This low growing suckering evergreen shrub is native to northwest America from British Columbia and Alberta to Arizona and New Mexico and west to California. The shiny blue-green leaves are up to ten inches long and pinnately compound usually consisting of five holly-like leaflets that are very spiny and have small protrubances on their underside. In cold weather the leaves turn purplish or bronze. The fragrant yellow flowers are produced in spring on three inch long racemes and give way to clusters of small purple berries in late summer. Plants sucker freely and can produce a substantial clump. They grow about eight to twenty four inches high, make an excellent ground cover, and are especially useful for erosion control. Creeping mahonia hybridizes easily with Oregon grape (Mahonia aquifolium) so many intermediate plants may arise where both plants are present.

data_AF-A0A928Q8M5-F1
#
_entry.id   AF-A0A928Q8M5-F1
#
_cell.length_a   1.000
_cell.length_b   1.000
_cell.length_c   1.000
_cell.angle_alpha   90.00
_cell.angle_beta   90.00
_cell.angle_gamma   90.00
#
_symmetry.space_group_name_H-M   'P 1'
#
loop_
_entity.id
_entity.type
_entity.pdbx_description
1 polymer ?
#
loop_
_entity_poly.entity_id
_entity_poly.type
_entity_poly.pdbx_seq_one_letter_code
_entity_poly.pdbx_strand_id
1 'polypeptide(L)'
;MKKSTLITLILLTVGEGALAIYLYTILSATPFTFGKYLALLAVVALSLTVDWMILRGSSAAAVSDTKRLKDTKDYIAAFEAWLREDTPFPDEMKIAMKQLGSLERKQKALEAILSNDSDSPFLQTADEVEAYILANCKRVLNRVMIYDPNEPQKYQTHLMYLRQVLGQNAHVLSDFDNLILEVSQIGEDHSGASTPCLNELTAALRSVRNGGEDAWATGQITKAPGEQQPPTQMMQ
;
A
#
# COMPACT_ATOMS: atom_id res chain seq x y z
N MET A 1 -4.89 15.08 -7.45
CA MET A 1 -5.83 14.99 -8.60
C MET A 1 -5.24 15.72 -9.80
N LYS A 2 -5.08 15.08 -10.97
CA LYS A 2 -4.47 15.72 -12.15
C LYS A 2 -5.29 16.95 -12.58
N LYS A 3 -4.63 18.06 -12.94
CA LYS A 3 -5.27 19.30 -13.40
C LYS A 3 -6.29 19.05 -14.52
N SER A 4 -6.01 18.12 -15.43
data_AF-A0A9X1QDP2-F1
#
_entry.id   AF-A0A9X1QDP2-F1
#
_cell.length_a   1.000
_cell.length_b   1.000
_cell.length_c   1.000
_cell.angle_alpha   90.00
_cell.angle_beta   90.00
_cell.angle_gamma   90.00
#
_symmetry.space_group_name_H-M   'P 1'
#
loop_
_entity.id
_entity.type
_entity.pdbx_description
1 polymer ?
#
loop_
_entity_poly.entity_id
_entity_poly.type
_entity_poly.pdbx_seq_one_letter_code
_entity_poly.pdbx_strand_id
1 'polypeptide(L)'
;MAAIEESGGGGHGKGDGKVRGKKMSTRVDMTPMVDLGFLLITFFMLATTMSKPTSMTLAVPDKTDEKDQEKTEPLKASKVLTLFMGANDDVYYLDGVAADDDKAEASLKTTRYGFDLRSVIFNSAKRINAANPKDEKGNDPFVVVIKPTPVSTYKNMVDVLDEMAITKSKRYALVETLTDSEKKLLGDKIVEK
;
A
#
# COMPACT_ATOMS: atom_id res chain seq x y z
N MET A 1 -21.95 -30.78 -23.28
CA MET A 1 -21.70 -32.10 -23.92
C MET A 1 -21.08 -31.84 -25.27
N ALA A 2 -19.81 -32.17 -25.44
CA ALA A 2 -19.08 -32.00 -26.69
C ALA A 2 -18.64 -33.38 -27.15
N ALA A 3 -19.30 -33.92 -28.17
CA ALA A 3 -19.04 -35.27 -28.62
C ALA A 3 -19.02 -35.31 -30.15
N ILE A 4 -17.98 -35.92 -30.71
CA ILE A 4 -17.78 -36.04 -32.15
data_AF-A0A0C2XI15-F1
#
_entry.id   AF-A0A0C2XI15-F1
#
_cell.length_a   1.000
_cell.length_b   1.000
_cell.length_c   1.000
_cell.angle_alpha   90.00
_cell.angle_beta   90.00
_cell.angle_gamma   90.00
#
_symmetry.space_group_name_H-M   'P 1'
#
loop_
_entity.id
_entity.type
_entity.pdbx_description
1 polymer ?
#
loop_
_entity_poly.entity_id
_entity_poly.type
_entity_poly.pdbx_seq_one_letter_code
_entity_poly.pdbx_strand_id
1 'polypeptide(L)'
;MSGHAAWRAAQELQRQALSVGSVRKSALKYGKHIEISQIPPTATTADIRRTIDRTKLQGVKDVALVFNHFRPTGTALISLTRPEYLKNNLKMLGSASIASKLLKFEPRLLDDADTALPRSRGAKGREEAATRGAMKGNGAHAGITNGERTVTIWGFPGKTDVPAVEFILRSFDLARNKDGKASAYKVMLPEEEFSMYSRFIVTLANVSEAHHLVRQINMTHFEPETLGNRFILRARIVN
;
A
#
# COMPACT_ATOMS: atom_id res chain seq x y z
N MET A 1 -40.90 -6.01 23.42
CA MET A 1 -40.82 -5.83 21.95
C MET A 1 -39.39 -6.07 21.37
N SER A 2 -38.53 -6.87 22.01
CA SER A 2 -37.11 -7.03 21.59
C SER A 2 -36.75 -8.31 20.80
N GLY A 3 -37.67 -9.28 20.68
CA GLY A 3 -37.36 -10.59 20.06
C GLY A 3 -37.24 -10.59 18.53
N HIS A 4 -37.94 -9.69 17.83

Type: Flowering evergreen shrub
Outstanding Features: Foliage, flowers
Form: Low frowing, climp-forming
Growth Rate: Moderate
Bloom: Fragrant yellow flowers are produced in 1-3″ racemes i spring followed by purple berries in late summer.
Size: 18-24″ H x 3-4′ W
Light: Full sun to partial shade but needs protection from drying winds in winter.
Soil: Average, medium-moist, well-drained, acidic; drought tolerant once established
Pests and Diseases: Susceptible to rust, leaf spot, scale, aphids, whiteflies
Propagation: Cuttings, division of rooted suckers
Outstanding Selection: ‘Denver Stain’